However the stories within the book reflect the awful war as experienced by all bomber crews during this horrific campaign. I found the personal accounts to be sad, heroic and sometimes funny but the image that remained in my mind after finishing this book was the untold numbers of men who died and never had the chance to tell their stories. How many crews left their bases on a mission never to return and none of their comrades and families ever knew what happened to them?
They were swallowed up in the dark of night and became victims of German night-fighters or flak, their planes never seen again. After reading this book you'll get an understanding of what these men went through, some of the stories are just mind numbing. In particular is the story of Andrew C. Mynarski, 6 Group's sole Victoria Cross winner. This brave 27-year-old Canadian was a mid-upper gunner on a 419 Squadron Lancaster who lost his life during a mission in June 1944 (pages 276-278).
The narrative is fast paced, informative but never boring or dull. The story is well told and is a brilliant account of the harsh realities of an aerial bombing campaign as conducted by the RAF over Germany. The book starts with an introduction to the first bomber offensive in 1917 and finishes with an account of the 1990 reunion of the survivors. The authoritative text has numerous personal accounts of the aircrews woven into the story and overall the book reads well.
The only complaint I have with this book is the standard of the photographs. I would have liked more and of a better quality. Regardless of that this is still a great story and I think that anyone who has an interest in this period or who really wants to understand why these men did what they did and what happened to them then this is the book to read.
1 of 1 people found the following review helpful
A Great Book Oct. 7 2004
By K Scheffler - Published on Amazon.com
Format: Hardcover
Canadians served with the RAF from the outset of the war, and were represented in significant numbers in Bomber Command. Midway during the war, Group 6--an all-Canadian formation--was created, and this is it's story. I've read a number of Spencer Dunmore's books, and I'd have to say that this one is the best. Both readable and informative, this book really gives one a sense of what the war was like for members of this formation, and no doubt will be a book that will educate future generations on the role that Canadians played in the air offensive against the Third Reich.
1 of 1 people found the following review helpful
Reap The Whirlwind Aug. 2 2001
By A Customer - Published on Amazon.com
Format: Paperback
As I have a great interest in the happenings of Bomber Command during W.W.II because my brother flew with 431 Iroquois Sqdn during this time. I have read the book and continue to use it as a reference when I need to know something. It is a "MUST" for anyone interested in the truth of what really went on and who were not there to witness it. I even managed to come accross the name of my brothers Pilot when he reported a run-in with a JU-88 If you are serious about this subject I strongly recomend this book as I have to a number of people already. Full marks to the authors for their research and for puting together something worthwhile to read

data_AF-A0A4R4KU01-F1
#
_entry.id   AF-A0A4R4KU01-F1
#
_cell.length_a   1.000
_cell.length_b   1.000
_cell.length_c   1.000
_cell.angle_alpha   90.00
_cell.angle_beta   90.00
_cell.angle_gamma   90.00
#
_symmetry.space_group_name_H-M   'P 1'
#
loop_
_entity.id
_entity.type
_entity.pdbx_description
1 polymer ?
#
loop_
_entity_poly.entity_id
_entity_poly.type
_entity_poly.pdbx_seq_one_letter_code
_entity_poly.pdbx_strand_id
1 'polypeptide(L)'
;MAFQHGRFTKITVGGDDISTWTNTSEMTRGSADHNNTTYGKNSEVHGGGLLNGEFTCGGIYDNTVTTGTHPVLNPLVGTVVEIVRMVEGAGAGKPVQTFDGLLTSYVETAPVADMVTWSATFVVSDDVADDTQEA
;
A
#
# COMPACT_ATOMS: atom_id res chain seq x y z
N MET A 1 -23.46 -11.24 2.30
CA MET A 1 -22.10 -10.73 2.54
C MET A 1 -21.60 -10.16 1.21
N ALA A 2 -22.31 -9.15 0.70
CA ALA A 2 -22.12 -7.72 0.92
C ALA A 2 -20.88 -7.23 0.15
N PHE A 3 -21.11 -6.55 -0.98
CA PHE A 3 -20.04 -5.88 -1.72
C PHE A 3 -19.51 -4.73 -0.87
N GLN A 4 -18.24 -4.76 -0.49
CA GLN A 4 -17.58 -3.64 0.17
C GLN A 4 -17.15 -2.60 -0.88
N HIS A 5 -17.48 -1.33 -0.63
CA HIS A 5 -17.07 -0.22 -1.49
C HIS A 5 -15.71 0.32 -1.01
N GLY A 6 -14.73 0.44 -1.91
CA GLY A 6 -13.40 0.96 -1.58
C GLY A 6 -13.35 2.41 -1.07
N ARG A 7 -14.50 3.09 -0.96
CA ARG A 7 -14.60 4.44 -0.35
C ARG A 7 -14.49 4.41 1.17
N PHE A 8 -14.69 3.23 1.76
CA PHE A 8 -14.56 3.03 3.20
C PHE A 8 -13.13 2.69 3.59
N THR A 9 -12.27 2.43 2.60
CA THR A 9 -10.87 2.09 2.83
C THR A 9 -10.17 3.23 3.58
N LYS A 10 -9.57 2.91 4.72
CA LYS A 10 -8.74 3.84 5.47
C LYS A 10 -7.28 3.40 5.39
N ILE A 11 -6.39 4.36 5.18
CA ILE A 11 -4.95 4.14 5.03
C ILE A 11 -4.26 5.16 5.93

Canadians Pitch In Sept. 19 2013
By A Customer - Published on Amazon.com
Format: Paperback
'The Colonials' (an insult spoken by Regular RAF officers) demonstrated bravery during punishing night bombing missions over Germany, and when the ground campaign needed tactical bombing. Equipped with English craft, flying from the same bases, contributing aircraft and crews to the same dangerous targets- these flyers did outstanding work.
This was called 'area bombing', to deny housing, utilities and transport to Hitler's industries. To empty Essen, Munich, or Berlin of workers and create refugees. But they had to run a gauntlet of night fighters, guns, and bad weather. Especially Berlin.
Because Hitler had 'Sown the wind', read this:
'Most of the ex-airmen have had to put up with the self-righteous with their accusing stares, the kids who were not even born when the last Lancaster was struck off charge, who demand to know how decent Canadians could have brought themselves to drop bombs on civilians, putting Dresden to the torch, blowing Berliners to bits. Why didn't they refuse to fly on such missions? In vain it is explained that you really had to be there at the time, you had to experience the bitterness of the struggle, the total commitment to defeat the enemy by any means at hand. However much one may mourn the fact, declarations of brotherly (and sisterly) love are not notably effective protection against the ambitions of despots. The kids will have to discover this for themselves, and one can only hope that it will be history that teaches them.' (p. 368)
In the end, RAF saw the men of 6 Group as just fellow combatants.